Text description provided by the architects. The Arrive East Austin Hotel comprises eighty-three rooms and a multi-use podium housing two restaurants, three bars, a coffee shop, leasable street-side retail space, and parking. The owner/design team sought to question established anti-public hotel tropes -- the grand entry… the “hotel” restaurant… the empty lobby. Instead, the team chose to minimize the hotel identity and create something that is not so much a hotel with supporting amenities beneath than a collection of public-oriented food and beverage establishments that happen to have hotel rooms above.
While it is a statement structure, street-level restaurants claim the pedestrian identity. Above, the undulating facade serves as a dynamic response to one of the more form-directive requirements of Austin’s street-side guidelines. But there is a programmatic function to these flourishes as the apparently shifting floor plates create balconies and covered porches for the hotel occupants. In the same way, the design employs the cantilevered building itself to create a code-required sidewalk cover.
ARRIVE opened amidst rapid gentrification in East Austin, but there was a community ethos at play. It is a large structure, but it is a dynamic and durable building that embraces the public.
In 2015, the Arrive Hotel Group was a new operation with a single (recently opened) hotel in Palm Springs. But it had ambitions to create an almost brandless hotel chain working within robust local neighborhoods. And it was interested in East Austin.
Concurrently, Austin was grappling with the gentrification of the area. As a partial solution, the city had opted to densify development along East Sixth Street – a direct artery into downtown – while preserving the residential character of the neighborhoods to the North and South. The unintended consequence of this newly minted transit-oriented corridor ordinance was that Sixth Street rapidly became a canyon between 60’ street edges of inexpensively built multi-family construction.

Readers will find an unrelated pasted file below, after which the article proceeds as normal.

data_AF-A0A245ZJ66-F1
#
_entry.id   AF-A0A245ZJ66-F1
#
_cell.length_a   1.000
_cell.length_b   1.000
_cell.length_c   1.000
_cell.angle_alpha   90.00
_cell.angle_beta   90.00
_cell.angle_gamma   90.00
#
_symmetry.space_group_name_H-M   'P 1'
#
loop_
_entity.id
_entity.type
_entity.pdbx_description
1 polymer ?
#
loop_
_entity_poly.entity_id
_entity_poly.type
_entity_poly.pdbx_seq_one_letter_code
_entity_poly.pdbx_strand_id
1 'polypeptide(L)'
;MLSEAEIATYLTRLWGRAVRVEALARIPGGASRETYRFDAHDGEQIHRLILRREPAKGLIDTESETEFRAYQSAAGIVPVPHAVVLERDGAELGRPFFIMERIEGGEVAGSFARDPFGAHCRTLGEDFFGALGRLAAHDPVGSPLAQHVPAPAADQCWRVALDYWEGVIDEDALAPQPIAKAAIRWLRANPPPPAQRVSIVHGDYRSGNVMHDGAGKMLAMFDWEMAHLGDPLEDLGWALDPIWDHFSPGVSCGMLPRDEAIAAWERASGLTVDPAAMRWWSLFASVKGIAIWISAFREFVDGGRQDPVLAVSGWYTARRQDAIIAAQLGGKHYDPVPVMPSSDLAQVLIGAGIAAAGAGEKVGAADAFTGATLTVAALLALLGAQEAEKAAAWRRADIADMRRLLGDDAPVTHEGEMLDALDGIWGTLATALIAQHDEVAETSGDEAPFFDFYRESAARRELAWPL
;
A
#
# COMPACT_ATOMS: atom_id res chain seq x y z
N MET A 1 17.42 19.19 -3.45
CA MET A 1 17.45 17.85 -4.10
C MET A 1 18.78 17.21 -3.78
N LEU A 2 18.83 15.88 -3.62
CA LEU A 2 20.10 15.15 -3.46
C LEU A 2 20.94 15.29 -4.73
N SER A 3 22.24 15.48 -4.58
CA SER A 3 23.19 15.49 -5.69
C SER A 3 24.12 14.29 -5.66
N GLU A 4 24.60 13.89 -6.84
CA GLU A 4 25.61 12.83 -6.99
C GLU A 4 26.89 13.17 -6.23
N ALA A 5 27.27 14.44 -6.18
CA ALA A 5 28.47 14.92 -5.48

In opposition to the new construction along Sixth, the design team looked to the building and material typologies that existed in the surrounding warehouses, as well as the masonry and concrete construction, found at Huston Tillotson University (a historically Black university that overlooks the hotel). The masonry-infilled concrete structure evokes the neighborhood history without resorting to mimesis. A semi-outdoor restaurant reuses the pre-existing masonry structure (now physically attached to the principal hotel by way of the kitchens) further tying the complex back to its original East Austin roots.
For its part, Arrive desired a pedestrian environment that spoke to public food, beverage, and retail establishments first and to lodging second. It wanted a building that almost suppressed its identity as a hotel – it wanted a public amenity.
The long-term impact on the neighborhood remains to be seen. Unfortunately, Covid 19 and the bitter February Texas freeze derailed Arrive’s operations for a beat, but those are largely back in full swing. While it can be argued that East Austin did not truly need a 77,000 sqf hotel development, the project team worked to produce a structure that might serve as a signpost to others that this neighborhood is important and worthy of ambitious and durable architecture.